debate strategic alternatives. they say their boards spend just 12 percent of their time on risk management. reported by directors at European and Asian companies. What’s more. risk management is still a weak spot—perhaps because boards (and companies) are increasingly complacent about risks. directors say they devote roughly the same number of days to board work as in 2011. Across regions. an even smaller share of time than two years ago. . directors at North American companies work an average of 22 days on company matters—notably less time than the 29 days and 34 days. With respect to time. This is the one issue where the share of directors reporting sufficient knowledge has not increased: 29 percent now say their boards have limited or no understanding of the risks their companies face. compared with only 19 days).4 McKinsey Global Survey results Improving board governance Room for improvement While respondents say their boards are taking more responsibility for strategy. and better people dynamics to enable constructive discussions. more time spent on company matters. directors spend even more time on their work than their peers at lower-impact boards (40 days per year. respectively. directors identify the same factors that would most likely improve board performance as respondents did in the previous survey: a better mix of skills or backgrounds. Other results suggest that these extra days are not spent on basic compliance but on strategic issues instead. Compared with their peers. These respondents are also likelier than others to say their boards ensure that organizational resources are in place to deliver on strategy and that they manage strategic performance. and assess management’s understanding of value creation much more often. as we move further out from the 2008 financial crisis. and they still want more time. Despite the progress they report. At boards with very high impact. the directors at higher-impact boards say they evaluate resource decisions.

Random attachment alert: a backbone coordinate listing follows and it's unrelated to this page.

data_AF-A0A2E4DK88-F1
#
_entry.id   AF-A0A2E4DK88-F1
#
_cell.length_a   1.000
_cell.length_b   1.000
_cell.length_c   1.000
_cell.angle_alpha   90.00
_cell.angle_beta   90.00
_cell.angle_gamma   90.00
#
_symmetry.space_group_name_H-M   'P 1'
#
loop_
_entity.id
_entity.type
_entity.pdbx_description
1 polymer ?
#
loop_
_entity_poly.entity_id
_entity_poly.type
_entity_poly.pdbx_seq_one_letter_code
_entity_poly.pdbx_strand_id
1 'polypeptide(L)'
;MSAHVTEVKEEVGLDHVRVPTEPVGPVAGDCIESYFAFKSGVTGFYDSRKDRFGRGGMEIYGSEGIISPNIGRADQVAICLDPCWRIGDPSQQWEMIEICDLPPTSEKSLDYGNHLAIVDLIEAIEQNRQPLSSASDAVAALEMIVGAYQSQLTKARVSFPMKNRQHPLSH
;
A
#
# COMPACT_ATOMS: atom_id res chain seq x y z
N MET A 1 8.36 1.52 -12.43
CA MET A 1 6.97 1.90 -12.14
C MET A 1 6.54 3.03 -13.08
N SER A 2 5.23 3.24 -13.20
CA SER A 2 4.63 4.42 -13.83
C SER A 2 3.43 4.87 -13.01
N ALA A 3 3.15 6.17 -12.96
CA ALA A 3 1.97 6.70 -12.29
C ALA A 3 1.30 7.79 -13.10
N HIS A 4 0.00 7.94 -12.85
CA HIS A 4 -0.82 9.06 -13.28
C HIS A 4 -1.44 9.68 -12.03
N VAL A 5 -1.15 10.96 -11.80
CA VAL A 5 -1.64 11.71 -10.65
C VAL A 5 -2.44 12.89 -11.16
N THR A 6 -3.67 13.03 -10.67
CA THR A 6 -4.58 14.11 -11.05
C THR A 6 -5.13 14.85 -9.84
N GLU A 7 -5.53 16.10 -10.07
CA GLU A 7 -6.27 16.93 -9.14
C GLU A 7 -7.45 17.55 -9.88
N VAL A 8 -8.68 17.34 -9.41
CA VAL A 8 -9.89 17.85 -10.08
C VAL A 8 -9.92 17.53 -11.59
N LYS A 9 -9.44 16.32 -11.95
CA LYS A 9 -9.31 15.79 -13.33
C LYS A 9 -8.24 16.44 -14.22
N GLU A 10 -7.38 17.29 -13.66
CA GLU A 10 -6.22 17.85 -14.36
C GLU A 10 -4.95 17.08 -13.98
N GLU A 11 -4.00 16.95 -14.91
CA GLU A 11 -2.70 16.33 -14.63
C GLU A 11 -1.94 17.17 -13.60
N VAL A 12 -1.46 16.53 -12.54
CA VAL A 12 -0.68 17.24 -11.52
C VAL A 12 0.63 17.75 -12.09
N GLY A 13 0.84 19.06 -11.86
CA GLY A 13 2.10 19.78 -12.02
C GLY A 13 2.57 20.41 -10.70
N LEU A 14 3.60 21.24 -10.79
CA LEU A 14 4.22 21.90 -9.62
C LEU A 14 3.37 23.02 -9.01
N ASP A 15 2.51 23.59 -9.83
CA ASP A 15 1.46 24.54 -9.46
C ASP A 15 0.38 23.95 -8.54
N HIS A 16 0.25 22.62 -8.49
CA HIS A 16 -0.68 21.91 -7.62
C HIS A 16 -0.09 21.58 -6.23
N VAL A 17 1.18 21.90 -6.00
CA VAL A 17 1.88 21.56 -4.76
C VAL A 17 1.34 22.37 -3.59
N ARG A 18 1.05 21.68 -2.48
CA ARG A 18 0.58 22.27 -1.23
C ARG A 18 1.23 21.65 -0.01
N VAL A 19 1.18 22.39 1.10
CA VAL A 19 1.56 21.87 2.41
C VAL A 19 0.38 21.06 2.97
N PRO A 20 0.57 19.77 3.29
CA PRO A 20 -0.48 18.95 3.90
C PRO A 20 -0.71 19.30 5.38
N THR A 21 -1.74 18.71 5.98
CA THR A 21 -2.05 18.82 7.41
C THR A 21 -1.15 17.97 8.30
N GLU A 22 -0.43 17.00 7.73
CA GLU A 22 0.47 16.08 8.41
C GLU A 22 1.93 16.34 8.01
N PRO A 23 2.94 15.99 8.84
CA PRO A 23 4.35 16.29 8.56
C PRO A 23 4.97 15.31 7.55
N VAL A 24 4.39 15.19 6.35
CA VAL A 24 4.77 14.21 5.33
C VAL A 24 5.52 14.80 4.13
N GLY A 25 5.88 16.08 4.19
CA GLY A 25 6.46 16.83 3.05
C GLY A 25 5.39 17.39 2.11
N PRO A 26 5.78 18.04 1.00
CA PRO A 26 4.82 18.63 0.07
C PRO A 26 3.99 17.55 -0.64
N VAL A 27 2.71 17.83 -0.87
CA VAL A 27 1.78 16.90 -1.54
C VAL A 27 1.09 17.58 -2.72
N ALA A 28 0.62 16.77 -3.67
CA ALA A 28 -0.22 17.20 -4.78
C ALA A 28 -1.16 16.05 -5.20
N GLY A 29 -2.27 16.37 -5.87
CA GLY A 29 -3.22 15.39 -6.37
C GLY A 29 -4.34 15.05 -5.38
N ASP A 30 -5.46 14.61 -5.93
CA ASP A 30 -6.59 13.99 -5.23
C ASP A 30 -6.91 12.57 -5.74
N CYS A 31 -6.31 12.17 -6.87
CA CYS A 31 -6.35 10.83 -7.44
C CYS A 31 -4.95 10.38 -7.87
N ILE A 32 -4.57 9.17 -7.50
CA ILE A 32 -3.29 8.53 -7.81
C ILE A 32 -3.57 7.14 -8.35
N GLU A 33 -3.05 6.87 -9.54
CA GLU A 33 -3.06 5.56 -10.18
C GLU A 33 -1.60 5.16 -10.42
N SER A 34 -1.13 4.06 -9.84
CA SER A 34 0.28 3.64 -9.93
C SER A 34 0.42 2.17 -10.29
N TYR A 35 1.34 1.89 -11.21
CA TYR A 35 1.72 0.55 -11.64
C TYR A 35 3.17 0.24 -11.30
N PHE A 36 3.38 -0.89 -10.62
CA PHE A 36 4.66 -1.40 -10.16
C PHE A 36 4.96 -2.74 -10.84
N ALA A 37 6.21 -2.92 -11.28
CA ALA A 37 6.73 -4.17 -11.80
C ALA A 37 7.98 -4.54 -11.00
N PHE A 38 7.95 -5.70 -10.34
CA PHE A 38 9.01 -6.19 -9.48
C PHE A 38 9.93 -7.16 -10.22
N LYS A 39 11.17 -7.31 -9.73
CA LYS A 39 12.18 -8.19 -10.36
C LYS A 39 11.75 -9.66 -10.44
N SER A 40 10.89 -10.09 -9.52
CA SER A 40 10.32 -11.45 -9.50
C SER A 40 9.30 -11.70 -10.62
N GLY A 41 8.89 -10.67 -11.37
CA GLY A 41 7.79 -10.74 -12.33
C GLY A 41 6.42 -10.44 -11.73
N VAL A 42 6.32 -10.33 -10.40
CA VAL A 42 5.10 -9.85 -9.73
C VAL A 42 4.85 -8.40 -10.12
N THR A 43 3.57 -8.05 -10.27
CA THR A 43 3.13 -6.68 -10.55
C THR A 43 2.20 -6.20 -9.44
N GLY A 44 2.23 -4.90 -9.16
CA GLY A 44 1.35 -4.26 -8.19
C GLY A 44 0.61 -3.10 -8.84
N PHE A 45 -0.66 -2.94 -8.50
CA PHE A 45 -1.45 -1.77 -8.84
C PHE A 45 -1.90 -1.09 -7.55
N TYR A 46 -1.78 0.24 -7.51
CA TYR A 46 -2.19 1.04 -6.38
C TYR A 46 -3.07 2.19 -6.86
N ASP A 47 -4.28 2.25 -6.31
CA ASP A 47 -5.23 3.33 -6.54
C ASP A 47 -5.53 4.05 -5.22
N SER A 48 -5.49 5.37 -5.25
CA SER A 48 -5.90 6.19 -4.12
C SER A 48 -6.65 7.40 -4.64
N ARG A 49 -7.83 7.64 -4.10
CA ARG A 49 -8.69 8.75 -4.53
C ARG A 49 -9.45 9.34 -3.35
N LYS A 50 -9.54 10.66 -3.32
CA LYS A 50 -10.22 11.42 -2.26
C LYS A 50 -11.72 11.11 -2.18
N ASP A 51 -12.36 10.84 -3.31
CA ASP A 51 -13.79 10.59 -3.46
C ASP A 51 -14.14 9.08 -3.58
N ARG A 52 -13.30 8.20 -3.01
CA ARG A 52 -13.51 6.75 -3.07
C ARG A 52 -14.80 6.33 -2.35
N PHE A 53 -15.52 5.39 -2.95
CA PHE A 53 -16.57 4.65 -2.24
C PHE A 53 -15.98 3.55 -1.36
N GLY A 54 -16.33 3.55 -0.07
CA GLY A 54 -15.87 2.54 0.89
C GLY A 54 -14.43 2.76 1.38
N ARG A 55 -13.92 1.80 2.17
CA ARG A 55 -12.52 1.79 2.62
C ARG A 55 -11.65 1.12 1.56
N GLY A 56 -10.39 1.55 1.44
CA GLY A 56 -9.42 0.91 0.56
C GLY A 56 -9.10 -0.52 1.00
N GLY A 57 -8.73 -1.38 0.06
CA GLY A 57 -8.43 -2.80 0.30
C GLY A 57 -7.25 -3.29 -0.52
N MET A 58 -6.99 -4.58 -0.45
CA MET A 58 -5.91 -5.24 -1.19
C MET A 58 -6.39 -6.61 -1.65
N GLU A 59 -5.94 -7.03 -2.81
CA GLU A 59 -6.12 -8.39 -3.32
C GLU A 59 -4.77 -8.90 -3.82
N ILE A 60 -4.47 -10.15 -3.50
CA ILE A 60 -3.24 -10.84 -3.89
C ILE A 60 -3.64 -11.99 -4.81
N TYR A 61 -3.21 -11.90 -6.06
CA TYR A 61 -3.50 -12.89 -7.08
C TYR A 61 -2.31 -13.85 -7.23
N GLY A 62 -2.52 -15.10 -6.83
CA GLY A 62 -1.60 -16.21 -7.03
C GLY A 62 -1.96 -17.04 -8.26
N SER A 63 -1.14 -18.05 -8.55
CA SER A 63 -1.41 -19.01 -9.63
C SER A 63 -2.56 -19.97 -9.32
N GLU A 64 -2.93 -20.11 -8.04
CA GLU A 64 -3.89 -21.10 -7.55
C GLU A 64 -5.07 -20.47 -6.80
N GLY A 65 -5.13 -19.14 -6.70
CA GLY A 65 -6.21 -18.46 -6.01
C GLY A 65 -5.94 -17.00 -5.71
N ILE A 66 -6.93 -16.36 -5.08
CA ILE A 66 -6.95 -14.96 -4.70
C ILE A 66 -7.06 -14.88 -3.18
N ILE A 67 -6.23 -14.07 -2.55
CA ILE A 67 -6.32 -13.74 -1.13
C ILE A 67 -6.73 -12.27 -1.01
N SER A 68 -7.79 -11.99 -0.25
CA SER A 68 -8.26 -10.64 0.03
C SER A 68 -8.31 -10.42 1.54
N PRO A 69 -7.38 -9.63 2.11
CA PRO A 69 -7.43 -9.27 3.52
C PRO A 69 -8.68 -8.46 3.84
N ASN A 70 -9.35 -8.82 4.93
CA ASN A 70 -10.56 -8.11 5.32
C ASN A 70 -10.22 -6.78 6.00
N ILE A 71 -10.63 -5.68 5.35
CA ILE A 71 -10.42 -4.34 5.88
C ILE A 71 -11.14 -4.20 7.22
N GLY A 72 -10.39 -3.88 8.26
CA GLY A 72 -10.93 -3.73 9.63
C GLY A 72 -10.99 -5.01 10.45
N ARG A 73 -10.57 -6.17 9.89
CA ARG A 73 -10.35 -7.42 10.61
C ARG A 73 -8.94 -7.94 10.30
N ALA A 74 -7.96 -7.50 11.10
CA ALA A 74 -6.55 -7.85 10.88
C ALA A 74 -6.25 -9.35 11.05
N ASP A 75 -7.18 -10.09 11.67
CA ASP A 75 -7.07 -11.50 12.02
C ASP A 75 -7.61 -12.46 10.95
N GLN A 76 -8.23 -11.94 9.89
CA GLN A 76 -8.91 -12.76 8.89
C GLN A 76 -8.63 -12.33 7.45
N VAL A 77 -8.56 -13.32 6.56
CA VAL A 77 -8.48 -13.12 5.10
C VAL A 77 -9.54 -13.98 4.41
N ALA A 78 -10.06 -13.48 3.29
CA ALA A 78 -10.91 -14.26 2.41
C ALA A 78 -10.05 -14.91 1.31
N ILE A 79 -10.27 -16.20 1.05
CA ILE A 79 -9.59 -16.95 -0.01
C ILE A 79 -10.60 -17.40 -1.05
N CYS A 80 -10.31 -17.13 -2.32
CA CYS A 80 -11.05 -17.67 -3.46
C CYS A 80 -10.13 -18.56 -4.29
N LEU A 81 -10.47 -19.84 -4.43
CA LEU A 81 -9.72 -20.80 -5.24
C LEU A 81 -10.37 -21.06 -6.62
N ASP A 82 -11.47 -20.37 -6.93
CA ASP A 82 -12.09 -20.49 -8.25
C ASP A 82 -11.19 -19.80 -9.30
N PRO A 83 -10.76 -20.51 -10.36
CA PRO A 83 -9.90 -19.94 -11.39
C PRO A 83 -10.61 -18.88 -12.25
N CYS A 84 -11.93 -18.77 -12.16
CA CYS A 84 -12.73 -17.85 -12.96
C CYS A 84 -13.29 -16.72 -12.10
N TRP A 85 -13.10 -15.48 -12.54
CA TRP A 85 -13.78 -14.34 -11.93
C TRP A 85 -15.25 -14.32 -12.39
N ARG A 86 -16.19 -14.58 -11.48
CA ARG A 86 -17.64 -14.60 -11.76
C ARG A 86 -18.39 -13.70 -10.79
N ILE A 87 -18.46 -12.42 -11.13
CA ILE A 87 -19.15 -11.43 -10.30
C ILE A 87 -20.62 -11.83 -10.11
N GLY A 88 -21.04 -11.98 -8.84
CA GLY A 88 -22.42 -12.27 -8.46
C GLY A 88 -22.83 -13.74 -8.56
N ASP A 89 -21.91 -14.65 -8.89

Directors at boards with less impact have much to learn from the actions taken by higher-impact boards. The contributors to the development and analysis of this survey include Chinta Bhagat.5 McKinsey Global Survey results Improving board governance Looking ahead •  Increase attention to risks. •  Learn from peers. a director in the Greater China office. and Conor Kehoe. Martin Hirt. a director in the London office. . They would like to thank Frithjof Lund and Eric Matson for their extraordinary contributions to this work. and not only when it comes to strategy. As in 2011. most directors say they want to spend more time on board work. conducting postmortems of major projects. Copyright © 2013 McKinsey & Company. According to respondents. most boards need to devote more attention to risk than they currently do. a principal in McKinsey’s Singapore office. •  Make time. Using robust financial metrics. One way to get started is by embedding structured risk discussions into management processes throughout the organization. and the results suggest real benefits from doing so: directors at higher-impact boards spend many more days per year on their work than everyone else. All rights reserved. and using systematic processes to create competitive advantage through M&A—which the high-impact boards do more often— could all help boards become better. which likely helps them stay more relevant to and engaged with important company matters.